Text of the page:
10 Stroke Symptoms Everyone Should Know

When it comes to a stroke, the quicker you get treatment, the better.

According to the Centers for Disease Control and Prevention (CDC), a stroke occurs from a blocked or a ruptured artery. Healthcare providers often say "time is brain"—meaning the quicker you get treatment, the less likely it is that your brain tissue will be permanently damaged. Most strokes are due to a clot (ischemic strokes), and the rest are due to bleeding in the brain (hemorrhagic stroke).

"There are treatments available for stroke that need to be provided within the first 3-4 hours, such as clot-busting medications. That is why urgent attention is critical," said Seemant Chaturvedi, MD, professor of neurology at University of Maryland School of Medicine. So don't waste time wondering if you should go to the hospital. If you or someone you know has the following symptoms, call 911.

Trouble Seeing or Blurry Vision

In an August 2020 study published in the Journal of Clinical Medicine, the researchers found that 82.61% of stroke patients did not identify problems with vision as a potential symptom of stroke.

Stroke can cause double vision, blurred vision, or loss of vision in one eye. However, it may not be as well recognized as facial weakness, arm weakness, and speech problems, so it is one symptom you want to pay attention to right away.

Difficulty Speaking

When former Chicago Bears coach and Hall of Fame tight end Mike Ditka suffered what doctors told him was a "very minor stroke," one of the symptoms Ditka experienced was difficulty speaking.

Stroke can impair the ability to express yourself or understand speech. One test includes repeating the phrase "You can't teach an old dog new tricks" from the Cincinnati Prehospital Stroke Scale. If you slurring words, using the wrong words, or are unable to speak, there's a high chance you have had or are having a stroke.

Weak Arm or Leg

It's common for an arm or leg (or both) to suddenly go weak, numb, or to become paralyzed during a stroke. Often the affected limb is on the side of the body opposite from where the stroke occurred in the brain.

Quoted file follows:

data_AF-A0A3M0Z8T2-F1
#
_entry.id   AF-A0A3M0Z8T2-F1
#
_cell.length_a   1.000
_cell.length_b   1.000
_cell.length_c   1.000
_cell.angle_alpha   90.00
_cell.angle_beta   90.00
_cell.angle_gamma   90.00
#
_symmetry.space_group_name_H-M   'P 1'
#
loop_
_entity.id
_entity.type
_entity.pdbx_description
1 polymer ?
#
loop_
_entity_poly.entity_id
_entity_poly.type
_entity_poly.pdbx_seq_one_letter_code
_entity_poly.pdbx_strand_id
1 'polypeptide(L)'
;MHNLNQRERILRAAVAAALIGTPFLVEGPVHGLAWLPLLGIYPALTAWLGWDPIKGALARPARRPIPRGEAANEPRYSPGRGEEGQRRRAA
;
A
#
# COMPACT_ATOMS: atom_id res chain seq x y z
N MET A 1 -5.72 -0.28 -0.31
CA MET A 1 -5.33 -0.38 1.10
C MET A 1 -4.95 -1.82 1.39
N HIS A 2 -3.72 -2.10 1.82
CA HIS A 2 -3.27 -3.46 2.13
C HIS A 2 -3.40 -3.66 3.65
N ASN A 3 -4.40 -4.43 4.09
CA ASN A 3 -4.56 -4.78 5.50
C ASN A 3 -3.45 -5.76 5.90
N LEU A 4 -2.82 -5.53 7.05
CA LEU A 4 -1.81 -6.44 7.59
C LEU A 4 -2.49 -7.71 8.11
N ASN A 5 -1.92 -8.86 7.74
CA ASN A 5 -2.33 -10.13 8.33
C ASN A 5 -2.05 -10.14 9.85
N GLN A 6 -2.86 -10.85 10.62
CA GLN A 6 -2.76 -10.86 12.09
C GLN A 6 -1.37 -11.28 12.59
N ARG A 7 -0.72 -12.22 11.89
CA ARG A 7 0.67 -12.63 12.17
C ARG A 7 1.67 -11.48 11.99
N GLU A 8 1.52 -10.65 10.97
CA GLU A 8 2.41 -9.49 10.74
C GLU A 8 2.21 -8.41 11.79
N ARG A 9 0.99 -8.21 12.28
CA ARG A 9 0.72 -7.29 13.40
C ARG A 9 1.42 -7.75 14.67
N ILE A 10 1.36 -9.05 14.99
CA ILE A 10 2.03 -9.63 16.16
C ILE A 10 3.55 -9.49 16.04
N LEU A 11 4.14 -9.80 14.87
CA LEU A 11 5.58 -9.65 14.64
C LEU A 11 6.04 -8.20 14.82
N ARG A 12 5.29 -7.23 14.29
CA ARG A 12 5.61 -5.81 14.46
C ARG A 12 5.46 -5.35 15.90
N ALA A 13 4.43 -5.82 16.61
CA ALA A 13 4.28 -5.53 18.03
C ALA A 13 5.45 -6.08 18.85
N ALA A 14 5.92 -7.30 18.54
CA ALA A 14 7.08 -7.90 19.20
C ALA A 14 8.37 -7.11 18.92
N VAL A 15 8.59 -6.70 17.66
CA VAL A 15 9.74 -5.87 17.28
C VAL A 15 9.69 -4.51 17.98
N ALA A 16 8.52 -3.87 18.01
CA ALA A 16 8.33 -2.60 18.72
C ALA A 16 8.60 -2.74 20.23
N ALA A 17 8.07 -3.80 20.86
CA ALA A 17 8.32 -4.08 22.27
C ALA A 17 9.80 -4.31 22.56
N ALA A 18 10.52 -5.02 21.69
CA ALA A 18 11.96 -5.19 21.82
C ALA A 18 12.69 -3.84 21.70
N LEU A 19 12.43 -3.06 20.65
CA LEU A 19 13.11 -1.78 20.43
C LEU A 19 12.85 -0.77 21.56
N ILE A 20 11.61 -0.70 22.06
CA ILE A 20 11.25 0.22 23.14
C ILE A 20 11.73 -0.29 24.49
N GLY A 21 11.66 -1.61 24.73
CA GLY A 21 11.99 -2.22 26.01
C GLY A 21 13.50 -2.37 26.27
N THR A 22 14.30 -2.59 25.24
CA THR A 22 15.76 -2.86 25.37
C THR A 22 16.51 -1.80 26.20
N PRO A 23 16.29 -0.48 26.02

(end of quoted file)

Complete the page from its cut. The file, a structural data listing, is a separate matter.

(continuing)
Extending both arms (palms up) for 10 seconds and observing that one arm is drifting downward indicate muscle weakness, a sign of stroke. You can also lift each leg separately with your eyes open to check your balance.

Dizziness or Loss of Balance

If you are dizzy, nauseous, or have trouble walking, people may think you're intoxicated when, in fact, you're having a stroke.

Patients may confuse stroke symptoms with other conditions, said Dr. Chaturvedi. These could be conditions such as Parkinson's disease, migraines, or even COVID-19. "Sometimes sudden dizziness is attributed to a viral syndrome when it can be the sign of a stroke," noted Dr. Chaturvedi.


A January 2020 study from the Current Journal of Neurology noted that "pain should be considered as an atypical symptom of stroke."

In other words, pain is not a common sign of a stroke, but having pain before a stroke is possible. This means if you have sudden pain in an arm, a leg, one side of your face or chest, don't brush it off.

Severe Headache

A sudden, severe headache, perhaps the worst you've ever had, is a common stroke symptom.

Of note, researchers conducted a systematic review published in Risk Management and Healthcare Policy in August 2021 that explored the knowledge of stroke symptoms among patients with high blood pressure and diabetes. They found that across the studies, there was a high percentage of individuals who did not realize that severe headache could be a stroke symptom—which means that you need to pay closer attention if a headache hits you suddenly.

Additionally, people are not always diagnosed with stroke when they present with severe headaches, however. "If they have stroke-like symptoms, they should request a neurology consult or brain MRI in the emergency room," said Dr. Chaturvedi.

Droopy Face

Sudden, one-sided facial weakness or numbness serve as signs of stroke as well. It is one of the first signs to look out for in the case of a potential stroke, as it appears in the F.A.S.T. warning signs as indicated by the American Stroke Association.

Emergency medical personnel will ask you to smile or show your teeth. If one side of your face sags or doesn't move, that could mean you're having a stroke.

Fatigue or Mental Changes

Fatigue can be a significant stroke symptom, according to a November 2021 study from Brain. If you start to feel tired all of a sudden and you can't pinpoint why, a stroke might be on the horizon.

A September 2011 Gender Medicine study of gender differences in ischemic stroke, the type caused by clots, found that women having a stroke were more likely than men to experience general weakness, fatigue, disorientation, and change in mental status.


Usually, hiccups are a minor nuisance.

However, according to MedlinePlus, hiccups can occur when your diaphragm becomes irritated by events from eating too quickly or too much to medical conditions such as stomach bloating and central nervous system, or neurological, disorders—like strokes.

Specifically, when stroke affects the brain's breathing center, it can trigger a sudden, protracted case of hiccups.

Breathlessness or Heart Palpitations

Can't catch your breath or feel like your heart is racing or fluttering? You may want to consider if you are having a stroke.

You'll especially want to be cautious about a potential stroke if you have heart or breathing issues already. For example, researchers of an April 2021 study published in Sleep Medicine Reviews noted that sleep disordered breathing "is…an independent risk factor for stroke."

Further, the CDC has noted that having an irregular heartbeat can increase your risk for stroke as well.

Was this page helpful?
Related Articles